Learning from the KoruDecember 7, 2005
I was reading a portion of Steve Taylor’s new book, “The Out-of-Bounds Church” and he remarks about something he calls “Koru Theology”. The Koru is a fern that grows in the South Pacific and is one of the primary symbols of New Zealand.
Here is a picture of a Koru…notice the repetitive shape, and how much it follows the designs of fractal geometry.
Here is just a portion of what Taylor says about the concept pictured by this fern:
“At the heart of the fern sits a tiny, curled frond. If it’s given space, it unfurls…and the fern cannot grow unless it is given a clear path toward the sun. So the Maori burn off undergrowth to encourage new life. The cycles of death and decay are the compost of the new. This is Koru Theology.”
Taylor’s book is about new concepts of understanding our relationship with God and what the Church will look like in the next few generations. He comments on how today’s church often focuses on the past and its failures. The Koru promises that if someone is given enough light (Truth directly from God) and space (the place to make mistakes), they will grow and create something that has never existed before, a shape never seen. He believes that we hinder each other’s growth by insisting that people focus their lives on the structures of the past and examples from the past instead of being birthed into new examples of what Christ wants to build upon this earth.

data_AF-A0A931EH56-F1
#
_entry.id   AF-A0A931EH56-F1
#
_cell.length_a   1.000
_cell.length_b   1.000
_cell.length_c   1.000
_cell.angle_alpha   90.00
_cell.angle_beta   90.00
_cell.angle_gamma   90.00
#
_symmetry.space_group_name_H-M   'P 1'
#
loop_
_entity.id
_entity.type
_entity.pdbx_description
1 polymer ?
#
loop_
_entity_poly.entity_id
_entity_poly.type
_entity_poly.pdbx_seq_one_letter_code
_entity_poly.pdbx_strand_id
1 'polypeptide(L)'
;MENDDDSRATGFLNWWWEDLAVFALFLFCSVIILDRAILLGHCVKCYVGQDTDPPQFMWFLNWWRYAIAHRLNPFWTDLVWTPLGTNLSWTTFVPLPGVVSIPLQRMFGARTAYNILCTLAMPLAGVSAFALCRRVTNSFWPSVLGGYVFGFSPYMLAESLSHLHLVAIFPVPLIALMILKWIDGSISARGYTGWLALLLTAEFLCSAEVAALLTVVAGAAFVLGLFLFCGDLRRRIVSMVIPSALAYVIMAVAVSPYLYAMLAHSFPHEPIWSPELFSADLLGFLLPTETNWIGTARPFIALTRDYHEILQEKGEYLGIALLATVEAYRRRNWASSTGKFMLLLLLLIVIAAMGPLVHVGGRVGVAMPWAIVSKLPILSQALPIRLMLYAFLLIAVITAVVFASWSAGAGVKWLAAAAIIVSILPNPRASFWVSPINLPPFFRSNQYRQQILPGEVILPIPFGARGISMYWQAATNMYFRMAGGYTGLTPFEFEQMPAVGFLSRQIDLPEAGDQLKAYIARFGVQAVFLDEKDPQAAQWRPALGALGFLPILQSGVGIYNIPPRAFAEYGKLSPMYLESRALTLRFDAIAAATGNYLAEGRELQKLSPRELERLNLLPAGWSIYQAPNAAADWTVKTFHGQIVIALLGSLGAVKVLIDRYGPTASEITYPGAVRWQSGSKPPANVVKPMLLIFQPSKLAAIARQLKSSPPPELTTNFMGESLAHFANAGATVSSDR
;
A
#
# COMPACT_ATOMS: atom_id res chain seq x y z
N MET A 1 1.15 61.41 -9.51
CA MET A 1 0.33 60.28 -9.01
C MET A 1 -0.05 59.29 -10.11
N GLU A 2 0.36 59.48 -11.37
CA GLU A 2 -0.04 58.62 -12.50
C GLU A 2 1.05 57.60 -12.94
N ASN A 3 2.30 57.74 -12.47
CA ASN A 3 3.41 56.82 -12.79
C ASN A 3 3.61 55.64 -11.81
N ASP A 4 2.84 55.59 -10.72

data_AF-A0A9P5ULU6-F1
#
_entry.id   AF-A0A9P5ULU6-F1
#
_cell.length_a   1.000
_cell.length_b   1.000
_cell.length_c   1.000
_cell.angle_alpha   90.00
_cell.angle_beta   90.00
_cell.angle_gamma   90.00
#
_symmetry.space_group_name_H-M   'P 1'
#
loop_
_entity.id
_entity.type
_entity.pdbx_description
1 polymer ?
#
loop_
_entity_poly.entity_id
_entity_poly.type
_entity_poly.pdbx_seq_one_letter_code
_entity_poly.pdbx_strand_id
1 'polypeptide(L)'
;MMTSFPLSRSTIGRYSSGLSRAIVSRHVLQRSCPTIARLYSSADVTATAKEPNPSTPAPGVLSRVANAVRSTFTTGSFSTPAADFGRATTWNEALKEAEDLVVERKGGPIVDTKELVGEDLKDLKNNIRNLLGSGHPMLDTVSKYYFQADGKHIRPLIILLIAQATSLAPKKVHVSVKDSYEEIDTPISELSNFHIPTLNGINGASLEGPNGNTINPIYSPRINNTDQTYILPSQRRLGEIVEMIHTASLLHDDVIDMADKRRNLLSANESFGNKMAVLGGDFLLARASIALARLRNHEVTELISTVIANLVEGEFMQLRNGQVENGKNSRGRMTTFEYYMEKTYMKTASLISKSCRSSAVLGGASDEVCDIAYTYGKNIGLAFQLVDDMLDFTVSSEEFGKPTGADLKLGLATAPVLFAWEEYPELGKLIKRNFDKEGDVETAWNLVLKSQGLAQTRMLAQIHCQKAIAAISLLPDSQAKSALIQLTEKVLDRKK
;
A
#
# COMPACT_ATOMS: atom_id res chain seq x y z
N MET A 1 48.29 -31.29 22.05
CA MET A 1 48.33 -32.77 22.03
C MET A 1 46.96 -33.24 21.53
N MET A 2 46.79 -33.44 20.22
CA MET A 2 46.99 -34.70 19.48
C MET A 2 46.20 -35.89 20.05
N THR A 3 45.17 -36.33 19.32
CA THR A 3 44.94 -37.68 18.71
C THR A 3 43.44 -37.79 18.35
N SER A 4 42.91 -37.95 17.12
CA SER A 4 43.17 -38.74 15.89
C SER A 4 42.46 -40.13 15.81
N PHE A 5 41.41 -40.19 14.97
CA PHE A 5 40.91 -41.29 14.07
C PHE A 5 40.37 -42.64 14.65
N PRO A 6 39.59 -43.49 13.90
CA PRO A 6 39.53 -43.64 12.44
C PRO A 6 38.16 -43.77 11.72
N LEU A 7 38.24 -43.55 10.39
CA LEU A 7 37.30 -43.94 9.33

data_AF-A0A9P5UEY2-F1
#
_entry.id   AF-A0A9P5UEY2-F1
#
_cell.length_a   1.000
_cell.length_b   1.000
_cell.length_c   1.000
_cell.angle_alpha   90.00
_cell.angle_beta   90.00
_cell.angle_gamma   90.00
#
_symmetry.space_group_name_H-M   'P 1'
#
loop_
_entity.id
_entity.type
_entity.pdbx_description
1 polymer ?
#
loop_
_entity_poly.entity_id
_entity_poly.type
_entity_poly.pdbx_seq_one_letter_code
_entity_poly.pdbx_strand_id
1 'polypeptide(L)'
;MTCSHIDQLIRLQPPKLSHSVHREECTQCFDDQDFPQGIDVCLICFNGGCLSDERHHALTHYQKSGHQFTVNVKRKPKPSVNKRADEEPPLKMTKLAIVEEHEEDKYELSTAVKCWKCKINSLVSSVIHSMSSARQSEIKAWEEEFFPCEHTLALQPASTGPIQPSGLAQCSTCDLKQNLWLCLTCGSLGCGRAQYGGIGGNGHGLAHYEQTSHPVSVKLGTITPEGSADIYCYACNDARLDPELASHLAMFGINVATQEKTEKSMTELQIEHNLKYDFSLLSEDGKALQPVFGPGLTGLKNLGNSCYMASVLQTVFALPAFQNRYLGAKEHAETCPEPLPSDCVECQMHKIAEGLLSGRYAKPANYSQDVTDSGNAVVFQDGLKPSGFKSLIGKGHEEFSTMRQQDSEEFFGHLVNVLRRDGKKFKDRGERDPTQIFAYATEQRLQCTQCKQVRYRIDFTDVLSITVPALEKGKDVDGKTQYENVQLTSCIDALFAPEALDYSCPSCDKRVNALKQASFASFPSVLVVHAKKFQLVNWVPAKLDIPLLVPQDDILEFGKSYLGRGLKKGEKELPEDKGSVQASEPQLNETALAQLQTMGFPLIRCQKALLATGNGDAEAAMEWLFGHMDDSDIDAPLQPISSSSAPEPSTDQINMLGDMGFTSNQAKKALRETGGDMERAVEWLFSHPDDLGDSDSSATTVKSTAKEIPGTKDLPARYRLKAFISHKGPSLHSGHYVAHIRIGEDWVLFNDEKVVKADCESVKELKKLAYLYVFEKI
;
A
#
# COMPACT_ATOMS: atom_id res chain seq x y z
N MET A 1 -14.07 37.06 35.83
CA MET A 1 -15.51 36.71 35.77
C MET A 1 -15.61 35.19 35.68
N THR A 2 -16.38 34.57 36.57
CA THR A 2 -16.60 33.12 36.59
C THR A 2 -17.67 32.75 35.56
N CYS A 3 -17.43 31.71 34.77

In another place, Taylor says,
“Koru theology invites us to discover the possibilities of who we might become rather than dwelling on who we have been. The brokenness of the past needs to become the ground upon which the new life is built.”
I believe that Taylor is seeing something profound. There is a tendency in any human endeavor to rely upon traditions for acceptable behavior. Unfortunately, the primary purpose of Tradition is not behavior but passing down unchangeable truth. For instance, one generation might pass down the truth that the Bible is a valuable guide for life and practice. For some people, that might mean sticking to a particular translation of the Bible because it represents good scholarship and accurate rendering of the Greek and Hebrew into English. For another generation, that might mean having the Bible on PDA, CD, Computer, iPod, Cell Phone and Screen Saver. These are new ways to honor the Bible that the last generation would never have thought of.
I recently had someone tell me that they thought computers were evil because they were used for Pornography and that we shouldn’t put the Bible there. The same case could be made for paper, since that is where porn started, isn’t it?
Look at the Koru and see your future. If given space, you can be whatever God wants you to be.